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Dyrnwyn – Il Culto Del Fuoco Award winner

Il Culto Del Fuoco
by Gary Hernandez at 17 July 2021, 6:42 AM

Folk Metal bands tend to have the historical credibility of a Renaissance Fair. They’re fun and entertaining, but no one goes to a RenFair to get research notes for their history dissertation. It’s turkey legs and beer, really. Every now and then, though, a Folk Metal band comes around that crushes that stereotype, a band with incredible musical artistry coupled with lyrics that retell actual events with intrigue and color. One such band is Rome’s DYRNWYN. This sextet released their second full-length album, “Il Culto Del Fuoco” (trans: the cult of fire), on April 30, 2021, on Cult of Pathenope.

Formed in 2012 and with almost as many band members cycled through as are in the current lineup, DYRNWYN is better characterized as a project than a band. That doesn’t take away from their prowess as a Metal outfit, in fact, it might even be what helps to keep them innovative and relevant. The name DYRNWYN comes from the late mediaeval Welsh tradition and means “white hilt.” As you might expect it was the name of a sword and is one of the Thirteen Treasures of the Island of Britain. When drawn by the worthy, it was flame on — as in the blade would erupt into flames. Yep, how is it possible I never heard about this? Time to invest in a book.

So, the band. Six members, not counting live performers and studio guests. That’s a lot of ways to split royalties not to mention a lot of stage real estate. That’s also a lot of temperaments to deal with and opinions and artistic egos . . . but maybe not every band is a chapter out of the “Some Kind of Monster” playbook. The amazing thing is how well these musicians come together. Kudos to Riccardo Studer for the mixing, btw. The orchestration of these songs is incredible. With Black Metal elements inwoven through Symphonic sensibilities and accented with Prog and even Death flourishes, the feel of this album is unique. It is epic, soothing, and inspiring all at once. Also, I’m not a big fan of wind instruments in Metal, but guest artist, Jenifer Clementi on flute, may have won me over.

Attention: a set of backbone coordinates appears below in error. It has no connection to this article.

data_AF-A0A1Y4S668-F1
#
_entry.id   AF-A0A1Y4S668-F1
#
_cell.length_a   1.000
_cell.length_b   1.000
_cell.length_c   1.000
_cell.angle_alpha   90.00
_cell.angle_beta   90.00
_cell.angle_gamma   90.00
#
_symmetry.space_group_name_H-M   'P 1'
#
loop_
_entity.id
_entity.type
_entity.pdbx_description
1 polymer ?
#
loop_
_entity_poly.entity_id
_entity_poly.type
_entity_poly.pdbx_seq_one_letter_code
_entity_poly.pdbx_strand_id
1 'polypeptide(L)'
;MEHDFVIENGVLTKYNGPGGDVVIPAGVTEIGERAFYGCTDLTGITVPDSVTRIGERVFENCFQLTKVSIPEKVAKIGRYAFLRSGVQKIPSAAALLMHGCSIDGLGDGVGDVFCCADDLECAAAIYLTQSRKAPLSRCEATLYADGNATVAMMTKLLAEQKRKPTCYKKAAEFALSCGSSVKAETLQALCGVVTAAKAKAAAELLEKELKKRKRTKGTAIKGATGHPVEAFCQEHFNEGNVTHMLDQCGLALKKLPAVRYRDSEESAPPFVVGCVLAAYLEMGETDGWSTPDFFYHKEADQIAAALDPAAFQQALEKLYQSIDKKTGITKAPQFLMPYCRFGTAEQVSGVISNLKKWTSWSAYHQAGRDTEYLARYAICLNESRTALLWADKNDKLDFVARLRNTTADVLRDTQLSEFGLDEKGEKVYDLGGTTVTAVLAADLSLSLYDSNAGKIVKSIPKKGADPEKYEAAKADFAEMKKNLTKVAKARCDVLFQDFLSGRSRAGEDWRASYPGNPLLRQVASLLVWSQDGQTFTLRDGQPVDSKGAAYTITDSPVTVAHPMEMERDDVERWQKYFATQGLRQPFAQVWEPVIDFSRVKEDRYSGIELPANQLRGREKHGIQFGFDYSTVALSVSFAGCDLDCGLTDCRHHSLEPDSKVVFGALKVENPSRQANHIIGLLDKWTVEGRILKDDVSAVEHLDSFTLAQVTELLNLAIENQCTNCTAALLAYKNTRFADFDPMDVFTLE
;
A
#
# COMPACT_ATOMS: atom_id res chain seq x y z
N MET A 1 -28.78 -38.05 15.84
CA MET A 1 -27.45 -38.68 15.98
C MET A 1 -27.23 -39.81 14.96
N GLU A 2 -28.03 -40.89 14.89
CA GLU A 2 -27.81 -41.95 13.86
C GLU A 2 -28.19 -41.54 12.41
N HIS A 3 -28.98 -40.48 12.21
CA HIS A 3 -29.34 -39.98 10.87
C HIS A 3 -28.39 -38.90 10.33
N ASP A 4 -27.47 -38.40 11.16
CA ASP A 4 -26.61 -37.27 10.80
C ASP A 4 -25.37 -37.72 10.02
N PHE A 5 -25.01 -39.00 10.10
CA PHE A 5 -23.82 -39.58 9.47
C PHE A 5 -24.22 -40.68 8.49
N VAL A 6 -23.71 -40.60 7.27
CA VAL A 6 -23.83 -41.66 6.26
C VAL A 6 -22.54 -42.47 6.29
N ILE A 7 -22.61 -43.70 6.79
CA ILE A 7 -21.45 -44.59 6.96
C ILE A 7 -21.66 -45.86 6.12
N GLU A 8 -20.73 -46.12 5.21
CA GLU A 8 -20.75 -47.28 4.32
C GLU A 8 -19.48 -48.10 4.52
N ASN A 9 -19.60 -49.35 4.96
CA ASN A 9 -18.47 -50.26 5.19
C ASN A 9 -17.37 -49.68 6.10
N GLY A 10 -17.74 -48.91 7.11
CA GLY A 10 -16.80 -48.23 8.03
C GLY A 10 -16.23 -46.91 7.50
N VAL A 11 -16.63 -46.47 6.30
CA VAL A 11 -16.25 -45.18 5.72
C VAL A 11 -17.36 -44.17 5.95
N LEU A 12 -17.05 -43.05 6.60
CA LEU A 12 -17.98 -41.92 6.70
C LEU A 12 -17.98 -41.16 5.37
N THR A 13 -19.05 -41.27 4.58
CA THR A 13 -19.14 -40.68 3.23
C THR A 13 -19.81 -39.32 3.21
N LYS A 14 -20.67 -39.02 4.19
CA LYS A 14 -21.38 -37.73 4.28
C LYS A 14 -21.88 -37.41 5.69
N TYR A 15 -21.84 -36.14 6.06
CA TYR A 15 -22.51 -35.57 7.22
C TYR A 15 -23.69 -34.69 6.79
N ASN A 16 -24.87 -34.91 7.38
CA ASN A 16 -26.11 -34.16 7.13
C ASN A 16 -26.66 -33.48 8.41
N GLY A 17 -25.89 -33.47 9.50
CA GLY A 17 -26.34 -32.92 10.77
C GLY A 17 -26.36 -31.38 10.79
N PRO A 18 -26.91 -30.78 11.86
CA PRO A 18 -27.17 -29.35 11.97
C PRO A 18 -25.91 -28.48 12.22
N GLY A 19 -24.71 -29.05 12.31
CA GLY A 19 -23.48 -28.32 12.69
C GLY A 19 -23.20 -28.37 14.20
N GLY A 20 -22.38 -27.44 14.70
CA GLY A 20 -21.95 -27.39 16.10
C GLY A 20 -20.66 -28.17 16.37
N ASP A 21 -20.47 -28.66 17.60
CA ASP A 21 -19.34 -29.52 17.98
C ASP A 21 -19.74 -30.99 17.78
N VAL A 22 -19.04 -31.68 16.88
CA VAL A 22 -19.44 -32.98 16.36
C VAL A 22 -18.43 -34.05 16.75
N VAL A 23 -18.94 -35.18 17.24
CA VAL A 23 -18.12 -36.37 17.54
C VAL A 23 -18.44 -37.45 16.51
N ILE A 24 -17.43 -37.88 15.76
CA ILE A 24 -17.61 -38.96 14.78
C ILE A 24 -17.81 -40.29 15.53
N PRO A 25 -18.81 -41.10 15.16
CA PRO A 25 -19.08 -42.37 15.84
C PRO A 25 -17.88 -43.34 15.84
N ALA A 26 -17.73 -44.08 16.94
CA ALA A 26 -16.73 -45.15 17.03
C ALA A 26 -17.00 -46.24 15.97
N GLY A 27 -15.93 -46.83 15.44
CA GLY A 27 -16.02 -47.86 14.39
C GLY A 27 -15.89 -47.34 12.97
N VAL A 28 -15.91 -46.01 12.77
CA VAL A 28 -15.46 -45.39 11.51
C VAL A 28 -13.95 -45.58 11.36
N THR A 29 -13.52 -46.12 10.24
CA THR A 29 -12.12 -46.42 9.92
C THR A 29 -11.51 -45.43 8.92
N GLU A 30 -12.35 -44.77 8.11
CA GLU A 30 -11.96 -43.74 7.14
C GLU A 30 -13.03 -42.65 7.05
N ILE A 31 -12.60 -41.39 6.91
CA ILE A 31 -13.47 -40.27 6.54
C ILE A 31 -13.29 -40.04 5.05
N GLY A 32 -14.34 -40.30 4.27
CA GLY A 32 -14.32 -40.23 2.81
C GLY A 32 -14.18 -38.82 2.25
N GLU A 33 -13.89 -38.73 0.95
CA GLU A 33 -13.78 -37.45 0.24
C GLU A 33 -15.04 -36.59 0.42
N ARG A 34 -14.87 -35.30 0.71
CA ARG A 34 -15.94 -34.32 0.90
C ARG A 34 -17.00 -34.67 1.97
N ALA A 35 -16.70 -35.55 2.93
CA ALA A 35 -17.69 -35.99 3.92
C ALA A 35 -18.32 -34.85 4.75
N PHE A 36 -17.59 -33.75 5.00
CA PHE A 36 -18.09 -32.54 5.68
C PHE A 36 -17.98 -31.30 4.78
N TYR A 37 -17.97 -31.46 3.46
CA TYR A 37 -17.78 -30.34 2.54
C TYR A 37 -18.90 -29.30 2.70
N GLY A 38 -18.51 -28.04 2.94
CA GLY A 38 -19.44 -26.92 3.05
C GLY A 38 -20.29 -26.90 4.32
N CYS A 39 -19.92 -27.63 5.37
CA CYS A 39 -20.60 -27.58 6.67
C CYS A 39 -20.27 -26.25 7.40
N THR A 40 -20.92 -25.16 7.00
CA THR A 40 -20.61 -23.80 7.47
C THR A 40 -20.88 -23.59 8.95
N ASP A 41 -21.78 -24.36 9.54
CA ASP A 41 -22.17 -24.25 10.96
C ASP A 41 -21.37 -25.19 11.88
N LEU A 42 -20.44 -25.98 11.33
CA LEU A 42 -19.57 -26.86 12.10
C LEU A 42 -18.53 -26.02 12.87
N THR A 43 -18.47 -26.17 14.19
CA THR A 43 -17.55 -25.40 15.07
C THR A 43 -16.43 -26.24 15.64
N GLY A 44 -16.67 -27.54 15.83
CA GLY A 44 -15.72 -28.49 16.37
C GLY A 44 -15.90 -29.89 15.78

Surprisingly, Italian lyrics all sung in harsh, guttural vocals are quite appealing. Thematically the songs are all Paganism and Roman mythology. "Le forche caudine" is about the second Samnite war, the opening track and title-track, “Il culto del fuoco,” references the Roman tradition of the cult of the sacred fire, "Armilustrium" is a nod to Mars, the god of war, and “Sentinum” is where the Battle of the Nations (295 BCE) took place. Yeah, so history.

What else? Definitely an album you need to play in order. There is a build going on here that yields some worthwhile payoff. I won’t list favorite tracks, because they are all so good. I was highly skeptical when I put this album on, but I love being proven wrong, at least when it comes to music. For fans of Folk Metal, fans of Black Metal, fans of ancient history, this album is a must have.

Songwriting: 9
Musicianship: 9
Memorability: 9
Production: 9

4 Star Rating

1.  Il culto del fuoco
2.  Aurea aetas
3.  Vae victis
4.  Triumpe
5.  Le forche caudine
6.  Leucesie
7.  Sentinum
8.  Armilustrium
Ivan Cenerini – Bass
Ivan Coppola – Drums
Michelangelo Iacovella – Keyboards
Alessandro Mancini – Guitars (lead)
Alberto Marinucci – Guitars
Thierry Vaccher – Vocals
Record Label: Cult of Parthenope


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Edited 26 September 2021

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